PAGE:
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PubMed 17272350


Referenced in Channelpedia wiki pages of: none

Automatically associated channels: Cav1.3



Title: Apical GLUT2 and Cav1.3: regulation of rat intestinal glucose and calcium absorption.

Authors: Emma L Morgan, Oliver J Mace, Julie Affleck, George L Kellett

Journal, date & volume: J. Physiol. (Lond.), 2007 Apr 15 , 580, 593-604

PubMed link: http://www.ncbi.nlm.nih.gov/pubmed/17272350


Abstract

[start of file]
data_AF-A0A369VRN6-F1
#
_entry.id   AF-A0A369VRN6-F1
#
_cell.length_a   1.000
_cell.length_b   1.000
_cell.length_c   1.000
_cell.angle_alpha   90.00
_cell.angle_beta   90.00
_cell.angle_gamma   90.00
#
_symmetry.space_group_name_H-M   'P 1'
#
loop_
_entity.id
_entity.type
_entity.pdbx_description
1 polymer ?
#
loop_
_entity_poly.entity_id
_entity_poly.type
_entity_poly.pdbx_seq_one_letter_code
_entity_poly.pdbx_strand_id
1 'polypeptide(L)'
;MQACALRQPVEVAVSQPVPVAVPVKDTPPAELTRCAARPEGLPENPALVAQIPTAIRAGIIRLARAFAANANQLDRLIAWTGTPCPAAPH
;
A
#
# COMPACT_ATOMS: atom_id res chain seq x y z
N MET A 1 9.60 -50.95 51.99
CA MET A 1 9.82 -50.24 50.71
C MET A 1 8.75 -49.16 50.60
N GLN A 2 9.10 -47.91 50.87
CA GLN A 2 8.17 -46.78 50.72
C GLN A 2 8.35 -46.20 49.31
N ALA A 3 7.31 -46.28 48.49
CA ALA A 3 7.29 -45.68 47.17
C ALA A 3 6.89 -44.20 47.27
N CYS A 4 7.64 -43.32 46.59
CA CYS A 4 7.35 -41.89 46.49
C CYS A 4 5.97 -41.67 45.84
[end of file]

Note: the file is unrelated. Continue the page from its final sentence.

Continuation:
We have proposed a model of intestinal glucose absorption in which transport by SGLT1 induces rapid insertion and activation of GLUT2 in the apical membrane by a PKC betaII-dependent mechanism. Since PKC betaII requires Ca(2+) and glucose is depolarizing, we have investigated whether glucose absorption is regulated by the entry of dietary Ca(2+) through Ca(v)1.3 in the apical membrane. When rat jejunum was perfused with 75 mM glucose, Ca(2+)-deplete conditions, or perfusion with the L-type antagonists nifedipine and verapamil strongly diminished the phloretin-sensitive apical GLUT2, but not the phloretin-insensitive SGLT1 component of glucose absorption. Western blotting showed that in each case there was a significant decrease in apical GLUT2 level, but no change in SGLT1 level. Inhibition of apical GLUT2 absorption coincided with inhibition of unidirectional (45)Ca(2+) entry by nifedipine and verapamil. At 10 mM luminal Ca(2+), (45)Ca(2+) absorption in the presence of 75 mM glucose was 2- to 3-fold that in the presence of 75 mM mannitol. The glucose-induced component was SGLT1-dependent and nifedipine-sensitive. RT-PCR revealed the presence of Ca(v)beta(3) in jejunal mucosa; Western blotting and immunocytochemistry localized Ca(v)beta(3) to the apical membrane, together with Ca(v)1.3. We conclude that in times of dietary sufficiency Ca(v)1.3 may mediate a significant pathway of glucose-stimulated Ca(2+) entry into the body and that luminal supply of Ca(2+) is necessary for GLUT2-mediated glucose absorption. The integration of glucose and Ca(2+) absorption represents a complex nutrient-sensing system, which allows both absorptive pathways to be regulated rapidly and precisely to match dietary intake.